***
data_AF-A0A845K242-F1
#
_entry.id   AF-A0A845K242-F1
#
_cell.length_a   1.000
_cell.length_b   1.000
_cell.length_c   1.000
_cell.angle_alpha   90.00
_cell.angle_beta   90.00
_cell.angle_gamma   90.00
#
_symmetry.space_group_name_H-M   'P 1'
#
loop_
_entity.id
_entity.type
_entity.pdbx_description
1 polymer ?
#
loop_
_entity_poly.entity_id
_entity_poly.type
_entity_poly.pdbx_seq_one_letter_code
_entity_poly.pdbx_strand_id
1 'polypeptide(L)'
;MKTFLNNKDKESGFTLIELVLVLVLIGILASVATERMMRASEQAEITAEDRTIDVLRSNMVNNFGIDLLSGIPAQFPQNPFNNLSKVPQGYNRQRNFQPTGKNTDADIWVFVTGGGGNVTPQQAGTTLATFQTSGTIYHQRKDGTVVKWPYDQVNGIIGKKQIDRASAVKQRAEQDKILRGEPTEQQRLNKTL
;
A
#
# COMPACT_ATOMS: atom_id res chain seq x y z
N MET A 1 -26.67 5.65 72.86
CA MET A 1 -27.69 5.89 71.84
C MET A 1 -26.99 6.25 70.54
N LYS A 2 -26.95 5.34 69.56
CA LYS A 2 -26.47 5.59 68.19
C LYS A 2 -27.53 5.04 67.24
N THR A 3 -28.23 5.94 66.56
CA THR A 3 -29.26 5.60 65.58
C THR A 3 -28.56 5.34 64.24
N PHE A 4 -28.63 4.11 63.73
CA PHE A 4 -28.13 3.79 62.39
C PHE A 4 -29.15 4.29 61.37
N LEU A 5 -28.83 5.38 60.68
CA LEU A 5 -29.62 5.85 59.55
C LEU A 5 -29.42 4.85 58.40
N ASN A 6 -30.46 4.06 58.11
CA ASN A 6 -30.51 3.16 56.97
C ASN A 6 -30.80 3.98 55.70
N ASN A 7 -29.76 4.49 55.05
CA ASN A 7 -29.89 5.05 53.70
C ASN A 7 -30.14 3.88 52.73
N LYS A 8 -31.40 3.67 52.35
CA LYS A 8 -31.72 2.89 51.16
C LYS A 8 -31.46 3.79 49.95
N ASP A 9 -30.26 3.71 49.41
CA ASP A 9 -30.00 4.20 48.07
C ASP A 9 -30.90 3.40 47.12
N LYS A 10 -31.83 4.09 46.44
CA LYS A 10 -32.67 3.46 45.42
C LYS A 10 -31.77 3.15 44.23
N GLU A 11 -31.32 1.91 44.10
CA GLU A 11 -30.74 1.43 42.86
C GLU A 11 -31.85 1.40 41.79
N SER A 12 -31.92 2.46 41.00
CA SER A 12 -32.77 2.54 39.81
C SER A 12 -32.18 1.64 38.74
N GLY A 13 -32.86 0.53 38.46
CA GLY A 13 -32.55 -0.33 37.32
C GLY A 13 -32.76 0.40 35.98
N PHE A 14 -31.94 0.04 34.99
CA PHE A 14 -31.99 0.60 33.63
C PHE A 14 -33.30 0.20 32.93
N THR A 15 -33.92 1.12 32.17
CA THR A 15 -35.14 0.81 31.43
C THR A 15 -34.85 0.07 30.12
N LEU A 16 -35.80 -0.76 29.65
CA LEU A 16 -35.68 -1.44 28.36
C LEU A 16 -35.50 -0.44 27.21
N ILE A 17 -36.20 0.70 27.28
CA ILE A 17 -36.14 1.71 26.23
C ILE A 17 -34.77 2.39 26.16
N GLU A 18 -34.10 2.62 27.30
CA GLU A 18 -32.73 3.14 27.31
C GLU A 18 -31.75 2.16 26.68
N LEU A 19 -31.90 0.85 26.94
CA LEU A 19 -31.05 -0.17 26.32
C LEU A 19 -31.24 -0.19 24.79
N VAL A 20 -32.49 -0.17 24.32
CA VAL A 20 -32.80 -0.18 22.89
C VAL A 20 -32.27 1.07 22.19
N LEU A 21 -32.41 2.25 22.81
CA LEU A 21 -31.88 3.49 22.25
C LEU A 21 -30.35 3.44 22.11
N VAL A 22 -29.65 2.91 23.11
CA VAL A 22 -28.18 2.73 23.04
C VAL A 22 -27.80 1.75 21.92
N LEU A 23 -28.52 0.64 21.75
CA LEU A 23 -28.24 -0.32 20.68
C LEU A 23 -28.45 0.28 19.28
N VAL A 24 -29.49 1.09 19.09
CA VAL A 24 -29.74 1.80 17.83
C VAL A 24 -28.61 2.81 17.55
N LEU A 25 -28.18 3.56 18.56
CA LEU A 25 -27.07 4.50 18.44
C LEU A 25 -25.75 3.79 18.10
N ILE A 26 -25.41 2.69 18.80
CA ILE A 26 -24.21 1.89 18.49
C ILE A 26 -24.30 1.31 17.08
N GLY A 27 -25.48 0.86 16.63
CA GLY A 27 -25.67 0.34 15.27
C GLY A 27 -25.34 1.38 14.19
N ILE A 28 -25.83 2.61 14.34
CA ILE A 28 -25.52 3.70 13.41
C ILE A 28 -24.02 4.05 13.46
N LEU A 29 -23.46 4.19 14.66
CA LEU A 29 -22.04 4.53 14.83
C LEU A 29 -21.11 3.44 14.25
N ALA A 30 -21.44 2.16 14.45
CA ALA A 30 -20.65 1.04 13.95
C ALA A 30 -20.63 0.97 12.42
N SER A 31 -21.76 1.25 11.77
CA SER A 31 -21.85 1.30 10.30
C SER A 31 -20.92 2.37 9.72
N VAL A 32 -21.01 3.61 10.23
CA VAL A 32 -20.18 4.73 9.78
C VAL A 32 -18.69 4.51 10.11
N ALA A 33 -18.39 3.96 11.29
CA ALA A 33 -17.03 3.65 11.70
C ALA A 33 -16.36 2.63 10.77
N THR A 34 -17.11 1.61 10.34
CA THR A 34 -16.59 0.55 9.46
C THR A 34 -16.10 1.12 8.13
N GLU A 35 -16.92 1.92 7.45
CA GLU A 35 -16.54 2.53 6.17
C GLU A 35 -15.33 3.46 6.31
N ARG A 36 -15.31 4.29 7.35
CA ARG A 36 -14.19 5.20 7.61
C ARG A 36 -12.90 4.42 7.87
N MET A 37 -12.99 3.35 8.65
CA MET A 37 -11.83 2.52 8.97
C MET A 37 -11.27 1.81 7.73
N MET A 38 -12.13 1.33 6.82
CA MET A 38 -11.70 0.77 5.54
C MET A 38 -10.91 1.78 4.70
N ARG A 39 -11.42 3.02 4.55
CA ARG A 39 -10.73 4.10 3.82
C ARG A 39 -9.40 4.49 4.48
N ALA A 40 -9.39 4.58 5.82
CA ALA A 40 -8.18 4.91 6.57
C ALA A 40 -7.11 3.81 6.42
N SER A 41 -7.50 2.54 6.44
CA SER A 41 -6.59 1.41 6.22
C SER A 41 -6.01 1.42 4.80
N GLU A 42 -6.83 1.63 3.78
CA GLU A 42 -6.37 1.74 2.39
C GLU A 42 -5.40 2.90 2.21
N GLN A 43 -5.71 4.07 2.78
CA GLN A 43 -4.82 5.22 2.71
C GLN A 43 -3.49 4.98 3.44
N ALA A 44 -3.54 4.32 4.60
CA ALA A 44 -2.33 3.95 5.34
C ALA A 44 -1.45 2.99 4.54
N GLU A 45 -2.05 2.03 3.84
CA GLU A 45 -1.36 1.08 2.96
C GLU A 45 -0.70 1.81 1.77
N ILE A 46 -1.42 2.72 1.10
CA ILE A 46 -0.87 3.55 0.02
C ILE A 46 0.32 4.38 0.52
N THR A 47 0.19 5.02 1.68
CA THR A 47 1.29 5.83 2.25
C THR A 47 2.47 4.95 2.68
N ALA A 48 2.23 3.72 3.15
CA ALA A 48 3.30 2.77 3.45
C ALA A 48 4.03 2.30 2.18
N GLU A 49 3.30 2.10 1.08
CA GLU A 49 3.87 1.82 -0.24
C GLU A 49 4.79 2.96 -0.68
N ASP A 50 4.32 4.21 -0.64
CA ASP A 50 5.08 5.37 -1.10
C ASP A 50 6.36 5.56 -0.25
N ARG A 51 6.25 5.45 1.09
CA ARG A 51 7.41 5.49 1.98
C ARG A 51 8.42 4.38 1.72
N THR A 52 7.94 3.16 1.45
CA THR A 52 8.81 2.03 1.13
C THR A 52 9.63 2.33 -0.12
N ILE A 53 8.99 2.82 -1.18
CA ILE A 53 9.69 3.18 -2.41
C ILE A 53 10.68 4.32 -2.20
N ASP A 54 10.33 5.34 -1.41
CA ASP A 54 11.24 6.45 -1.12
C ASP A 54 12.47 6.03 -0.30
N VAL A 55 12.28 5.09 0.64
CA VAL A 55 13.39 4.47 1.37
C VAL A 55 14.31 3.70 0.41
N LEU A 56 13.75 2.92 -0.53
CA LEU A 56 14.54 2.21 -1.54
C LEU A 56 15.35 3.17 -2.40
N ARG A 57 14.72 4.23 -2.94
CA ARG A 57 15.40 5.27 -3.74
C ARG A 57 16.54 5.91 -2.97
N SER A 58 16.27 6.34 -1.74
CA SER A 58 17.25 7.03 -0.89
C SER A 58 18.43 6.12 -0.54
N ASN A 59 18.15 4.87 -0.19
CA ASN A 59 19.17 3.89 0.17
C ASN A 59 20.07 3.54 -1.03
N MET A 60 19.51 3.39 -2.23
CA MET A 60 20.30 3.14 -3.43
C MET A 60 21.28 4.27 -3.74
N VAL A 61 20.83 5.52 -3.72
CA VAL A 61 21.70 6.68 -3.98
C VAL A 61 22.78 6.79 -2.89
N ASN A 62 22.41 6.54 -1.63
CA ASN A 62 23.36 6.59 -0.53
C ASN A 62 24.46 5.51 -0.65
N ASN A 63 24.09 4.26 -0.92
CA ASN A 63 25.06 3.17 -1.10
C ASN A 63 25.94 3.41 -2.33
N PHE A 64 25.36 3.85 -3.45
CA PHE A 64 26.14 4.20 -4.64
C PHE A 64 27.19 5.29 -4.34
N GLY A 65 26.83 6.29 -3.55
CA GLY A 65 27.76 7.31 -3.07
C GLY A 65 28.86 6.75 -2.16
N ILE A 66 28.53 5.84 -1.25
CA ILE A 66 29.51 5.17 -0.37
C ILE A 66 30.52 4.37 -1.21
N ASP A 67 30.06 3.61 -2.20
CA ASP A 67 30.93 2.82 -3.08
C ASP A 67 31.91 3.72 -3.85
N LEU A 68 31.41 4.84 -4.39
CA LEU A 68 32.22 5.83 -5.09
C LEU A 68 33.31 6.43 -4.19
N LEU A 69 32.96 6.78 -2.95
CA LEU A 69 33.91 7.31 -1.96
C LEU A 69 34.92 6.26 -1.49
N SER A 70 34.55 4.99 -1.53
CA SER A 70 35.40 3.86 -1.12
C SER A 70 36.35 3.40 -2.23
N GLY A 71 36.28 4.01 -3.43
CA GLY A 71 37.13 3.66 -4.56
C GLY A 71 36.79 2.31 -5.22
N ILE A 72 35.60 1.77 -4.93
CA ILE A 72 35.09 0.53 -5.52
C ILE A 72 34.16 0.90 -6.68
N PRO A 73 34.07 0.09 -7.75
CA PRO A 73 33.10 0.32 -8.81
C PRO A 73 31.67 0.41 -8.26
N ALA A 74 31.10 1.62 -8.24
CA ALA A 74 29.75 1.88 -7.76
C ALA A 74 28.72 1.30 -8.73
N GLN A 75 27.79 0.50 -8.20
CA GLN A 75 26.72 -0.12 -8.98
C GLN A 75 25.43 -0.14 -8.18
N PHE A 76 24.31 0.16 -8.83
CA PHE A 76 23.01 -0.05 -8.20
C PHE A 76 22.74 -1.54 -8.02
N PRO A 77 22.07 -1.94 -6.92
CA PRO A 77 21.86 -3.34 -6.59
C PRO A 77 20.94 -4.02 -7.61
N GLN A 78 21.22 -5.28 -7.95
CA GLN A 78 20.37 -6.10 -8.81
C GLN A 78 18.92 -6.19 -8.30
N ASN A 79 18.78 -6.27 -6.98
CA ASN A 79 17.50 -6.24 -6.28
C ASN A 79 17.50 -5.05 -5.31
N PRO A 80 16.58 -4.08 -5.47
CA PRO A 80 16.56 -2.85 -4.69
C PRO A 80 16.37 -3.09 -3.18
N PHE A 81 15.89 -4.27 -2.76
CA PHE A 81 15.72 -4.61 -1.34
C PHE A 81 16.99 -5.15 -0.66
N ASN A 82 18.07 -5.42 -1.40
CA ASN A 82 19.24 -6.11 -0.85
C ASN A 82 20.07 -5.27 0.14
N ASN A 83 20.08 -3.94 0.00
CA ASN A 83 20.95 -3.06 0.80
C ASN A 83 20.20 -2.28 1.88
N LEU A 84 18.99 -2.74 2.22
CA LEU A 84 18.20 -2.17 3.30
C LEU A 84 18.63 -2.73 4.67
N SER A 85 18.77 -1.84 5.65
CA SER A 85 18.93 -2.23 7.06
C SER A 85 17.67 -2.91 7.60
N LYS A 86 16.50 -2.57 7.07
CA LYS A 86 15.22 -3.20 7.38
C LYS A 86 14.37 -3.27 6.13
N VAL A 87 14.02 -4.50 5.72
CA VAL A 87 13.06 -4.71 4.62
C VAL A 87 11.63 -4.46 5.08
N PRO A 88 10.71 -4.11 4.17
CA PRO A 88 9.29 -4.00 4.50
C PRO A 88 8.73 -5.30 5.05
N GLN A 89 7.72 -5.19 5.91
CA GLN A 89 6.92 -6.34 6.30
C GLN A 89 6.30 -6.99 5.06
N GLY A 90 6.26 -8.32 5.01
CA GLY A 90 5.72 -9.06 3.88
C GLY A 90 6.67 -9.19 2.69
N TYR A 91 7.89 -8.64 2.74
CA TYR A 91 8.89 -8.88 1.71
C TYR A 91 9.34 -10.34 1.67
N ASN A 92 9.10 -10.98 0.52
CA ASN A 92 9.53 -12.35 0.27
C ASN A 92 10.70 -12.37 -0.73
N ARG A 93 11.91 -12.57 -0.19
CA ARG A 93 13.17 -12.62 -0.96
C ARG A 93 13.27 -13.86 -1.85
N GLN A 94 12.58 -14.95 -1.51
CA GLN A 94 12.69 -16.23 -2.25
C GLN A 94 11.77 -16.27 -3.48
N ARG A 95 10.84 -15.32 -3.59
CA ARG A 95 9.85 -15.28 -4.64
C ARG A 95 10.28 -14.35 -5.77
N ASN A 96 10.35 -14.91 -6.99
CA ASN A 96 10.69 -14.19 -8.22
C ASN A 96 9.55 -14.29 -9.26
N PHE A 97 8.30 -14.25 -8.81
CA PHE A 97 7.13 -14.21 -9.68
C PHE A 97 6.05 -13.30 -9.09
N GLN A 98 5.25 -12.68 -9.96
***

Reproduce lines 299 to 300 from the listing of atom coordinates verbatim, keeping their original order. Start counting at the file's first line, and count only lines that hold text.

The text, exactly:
CA GLY A 90 5.72 -9.06 3.88
C GLY A 90 6.67 -9.19 2.69